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Fulton, Robert (1765-1815) to Charles W. Peale

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Gilder Lehrman Collection #: GLC05817 Author/Creator: Fulton, Robert (1765-1815) Place Written: Clermont, New York Type: Autograph letter signed Date: June 11, 1808 Pagination: 2 p. ; 24.5 x 19 cm. + 1 engraving ; b&w ; 26.6 x 21 cm

Fulton writes to prominent American painter Charles Willson Peale, enclosing $120, apparently in payment of a debt. He also details the success of his steamboat business and mentions the "virtuous exertions and enterprising spirit" of Peale's son, Rembrandt, also an artist. Fulton may have studied miniature painting with the elder Peale early in his life; both studied with Benjamin West in England. Peale had painted Fulton's portrait the previous year; and Fulton was involved in the artist's efforts to start an art museum in Philadelphia. Rembrandt Peale had also painted Fulton's portrait.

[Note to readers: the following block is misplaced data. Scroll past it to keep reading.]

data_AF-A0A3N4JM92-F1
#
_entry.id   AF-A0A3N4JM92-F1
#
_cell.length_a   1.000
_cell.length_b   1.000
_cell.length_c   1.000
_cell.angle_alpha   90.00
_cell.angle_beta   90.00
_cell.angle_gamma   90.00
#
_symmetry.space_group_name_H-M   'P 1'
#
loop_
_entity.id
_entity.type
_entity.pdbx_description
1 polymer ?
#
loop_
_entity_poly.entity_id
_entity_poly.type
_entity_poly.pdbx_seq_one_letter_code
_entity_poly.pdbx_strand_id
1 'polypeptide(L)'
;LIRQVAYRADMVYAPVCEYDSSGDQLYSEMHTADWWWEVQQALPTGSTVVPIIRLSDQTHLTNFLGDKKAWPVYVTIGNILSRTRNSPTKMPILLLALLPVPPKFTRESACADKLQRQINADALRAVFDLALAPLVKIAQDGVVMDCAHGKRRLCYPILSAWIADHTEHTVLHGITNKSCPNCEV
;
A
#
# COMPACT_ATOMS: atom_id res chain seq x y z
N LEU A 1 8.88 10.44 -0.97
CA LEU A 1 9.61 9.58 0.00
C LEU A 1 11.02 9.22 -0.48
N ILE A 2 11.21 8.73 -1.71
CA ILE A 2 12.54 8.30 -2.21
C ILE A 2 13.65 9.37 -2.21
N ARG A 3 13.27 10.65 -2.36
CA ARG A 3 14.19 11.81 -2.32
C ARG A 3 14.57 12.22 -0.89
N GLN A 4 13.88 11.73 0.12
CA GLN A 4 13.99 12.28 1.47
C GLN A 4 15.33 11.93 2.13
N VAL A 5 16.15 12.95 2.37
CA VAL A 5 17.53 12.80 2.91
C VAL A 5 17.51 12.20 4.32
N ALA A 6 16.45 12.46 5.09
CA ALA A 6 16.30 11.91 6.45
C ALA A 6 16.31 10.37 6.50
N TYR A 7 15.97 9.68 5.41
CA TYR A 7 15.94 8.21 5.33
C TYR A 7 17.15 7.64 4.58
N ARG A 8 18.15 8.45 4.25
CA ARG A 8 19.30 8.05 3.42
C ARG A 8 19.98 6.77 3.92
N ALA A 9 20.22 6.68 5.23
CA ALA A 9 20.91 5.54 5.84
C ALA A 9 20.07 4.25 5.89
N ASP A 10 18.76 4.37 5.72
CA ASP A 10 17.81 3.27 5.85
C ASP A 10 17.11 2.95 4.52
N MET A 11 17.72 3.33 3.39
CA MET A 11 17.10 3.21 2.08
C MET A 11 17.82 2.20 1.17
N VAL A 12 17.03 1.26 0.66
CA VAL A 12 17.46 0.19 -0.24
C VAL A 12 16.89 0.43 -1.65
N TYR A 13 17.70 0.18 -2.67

Partial transcript:
"My steamboat is now in complete operation and works much to my satisfaction, making her voyage from, or to, New York or Albany, 160 miles, on an average, in 35 hours. She has three excellent Cabins, or rather rooms, containing 54 berths, with Kitchen, larder, Pantry, Bar, and Steward's room. The people of this State are much pleased and our success in passengers has been encouraging. Last Saturday she started from New York with 70, which is doing very well for these times when trade has not its usual activity…."

1 black and white bust engraving of Fulton included.

Robert Fulton was an engineer and entrepreneur, often credited with inventing the steamboat. While Fulton did not invent any of the individual components of the steamboat, he did combine the ideas of many other men to make the most successful steamboat. He was an expert on combining numerous ideas of other men into one product, a process he used in numerous other engineering ventures throughout his life.
Charles Peale was a noted painter, but was interested in many other fields as well, including nature and watch making.

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